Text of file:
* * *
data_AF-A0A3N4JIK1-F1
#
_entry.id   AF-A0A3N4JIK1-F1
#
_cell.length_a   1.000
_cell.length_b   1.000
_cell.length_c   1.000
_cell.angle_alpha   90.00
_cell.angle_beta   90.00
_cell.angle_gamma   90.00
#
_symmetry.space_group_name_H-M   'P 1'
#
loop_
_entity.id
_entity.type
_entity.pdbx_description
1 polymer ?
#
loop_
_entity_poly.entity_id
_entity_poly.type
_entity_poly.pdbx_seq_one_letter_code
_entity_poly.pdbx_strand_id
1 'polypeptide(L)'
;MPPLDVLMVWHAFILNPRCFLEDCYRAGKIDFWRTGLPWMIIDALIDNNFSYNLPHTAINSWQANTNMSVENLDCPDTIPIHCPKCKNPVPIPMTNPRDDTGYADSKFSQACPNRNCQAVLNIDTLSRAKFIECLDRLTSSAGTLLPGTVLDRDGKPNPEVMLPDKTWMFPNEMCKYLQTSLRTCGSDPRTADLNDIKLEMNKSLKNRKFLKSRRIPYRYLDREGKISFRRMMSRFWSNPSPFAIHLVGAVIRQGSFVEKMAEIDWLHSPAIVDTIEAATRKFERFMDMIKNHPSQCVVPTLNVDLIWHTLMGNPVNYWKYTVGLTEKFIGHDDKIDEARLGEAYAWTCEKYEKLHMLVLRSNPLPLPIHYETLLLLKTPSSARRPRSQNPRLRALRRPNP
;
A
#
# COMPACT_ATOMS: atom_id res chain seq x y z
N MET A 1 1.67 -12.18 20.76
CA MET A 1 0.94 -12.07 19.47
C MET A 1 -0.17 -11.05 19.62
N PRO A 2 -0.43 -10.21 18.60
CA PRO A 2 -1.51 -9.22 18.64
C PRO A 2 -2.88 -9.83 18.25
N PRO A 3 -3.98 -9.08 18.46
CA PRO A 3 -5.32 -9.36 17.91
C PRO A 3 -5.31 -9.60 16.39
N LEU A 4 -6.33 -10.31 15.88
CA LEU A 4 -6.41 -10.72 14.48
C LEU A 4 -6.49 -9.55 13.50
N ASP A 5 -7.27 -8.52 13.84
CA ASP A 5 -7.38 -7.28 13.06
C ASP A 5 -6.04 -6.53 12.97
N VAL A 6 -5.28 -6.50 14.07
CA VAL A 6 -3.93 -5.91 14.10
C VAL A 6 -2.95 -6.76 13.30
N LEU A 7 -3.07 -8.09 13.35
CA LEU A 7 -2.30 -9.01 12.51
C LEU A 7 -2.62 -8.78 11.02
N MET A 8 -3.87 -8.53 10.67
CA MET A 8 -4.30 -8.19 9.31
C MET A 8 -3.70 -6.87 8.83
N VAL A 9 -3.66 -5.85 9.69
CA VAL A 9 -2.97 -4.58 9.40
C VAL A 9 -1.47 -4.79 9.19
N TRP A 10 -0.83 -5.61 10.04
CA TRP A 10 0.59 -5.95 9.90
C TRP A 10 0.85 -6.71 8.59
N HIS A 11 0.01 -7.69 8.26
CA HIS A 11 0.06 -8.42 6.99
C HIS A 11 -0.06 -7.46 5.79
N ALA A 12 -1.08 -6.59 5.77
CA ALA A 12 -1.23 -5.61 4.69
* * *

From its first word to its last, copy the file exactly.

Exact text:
data_AF-A0A3N4JIK1-F1
#
_entry.id   AF-A0A3N4JIK1-F1
#
_cell.length_a   1.000
_cell.length_b   1.000
_cell.length_c   1.000
_cell.angle_alpha   90.00
_cell.angle_beta   90.00
_cell.angle_gamma   90.00
#
_symmetry.space_group_name_H-M   'P 1'
#
loop_
_entity.id
_entity.type
_entity.pdbx_description
1 polymer ?
#
loop_
_entity_poly.entity_id
_entity_poly.type
_entity_poly.pdbx_seq_one_letter_code
_entity_poly.pdbx_strand_id
1 'polypeptide(L)'
;MPPLDVLMVWHAFILNPRCFLEDCYRAGKIDFWRTGLPWMIIDALIDNNFSYNLPHTAINSWQANTNMSVENLDCPDTIPIHCPKCKNPVPIPMTNPRDDTGYADSKFSQACPNRNCQAVLNIDTLSRAKFIECLDRLTSSAGTLLPGTVLDRDGKPNPEVMLPDKTWMFPNEMCKYLQTSLRTCGSDPRTADLNDIKLEMNKSLKNRKFLKSRRIPYRYLDREGKISFRRMMSRFWSNPSPFAIHLVGAVIRQGSFVEKMAEIDWLHSPAIVDTIEAATRKFERFMDMIKNHPSQCVVPTLNVDLIWHTLMGNPVNYWKYTVGLTEKFIGHDDKIDEARLGEAYAWTCEKYEKLHMLVLRSNPLPLPIHYETLLLLKTPSSARRPRSQNPRLRALRRPNP
;
A
#
# COMPACT_ATOMS: atom_id res chain seq x y z
N MET A 1 1.67 -12.18 20.76
CA MET A 1 0.94 -12.07 19.47
C MET A 1 -0.17 -11.05 19.62
N PRO A 2 -0.43 -10.21 18.60
CA PRO A 2 -1.51 -9.22 18.64
C PRO A 2 -2.88 -9.83 18.25
N PRO A 3 -3.98 -9.08 18.46
CA PRO A 3 -5.32 -9.36 17.91
C PRO A 3 -5.31 -9.60 16.39
N LEU A 4 -6.33 -10.31 15.88
CA LEU A 4 -6.41 -10.72 14.48
C LEU A 4 -6.49 -9.55 13.50
N ASP A 5 -7.27 -8.52 13.84
CA ASP A 5 -7.38 -7.28 13.06
C ASP A 5 -6.04 -6.53 12.97
N VAL A 6 -5.28 -6.50 14.07
CA VAL A 6 -3.93 -5.91 14.10
C VAL A 6 -2.95 -6.76 13.30
N LEU A 7 -3.07 -8.09 13.35
CA LEU A 7 -2.30 -9.01 12.51
C LEU A 7 -2.62 -8.78 11.02
N MET A 8 -3.87 -8.53 10.67
CA MET A 8 -4.30 -8.19 9.31
C MET A 8 -3.70 -6.87 8.83
N VAL A 9 -3.66 -5.85 9.69
CA VAL A 9 -2.97 -4.58 9.40
C VAL A 9 -1.47 -4.79 9.19
N TRP A 10 -0.83 -5.61 10.04
CA TRP A 10 0.59 -5.95 9.90
C TRP A 10 0.85 -6.71 8.59
N HIS A 11 0.01 -7.69 8.26
CA HIS A 11 0.06 -8.42 6.99
C HIS A 11 -0.06 -7.46 5.79
N ALA A 12 -1.08 -6.59 5.77
CA ALA A 12 -1.23 -5.61 4.69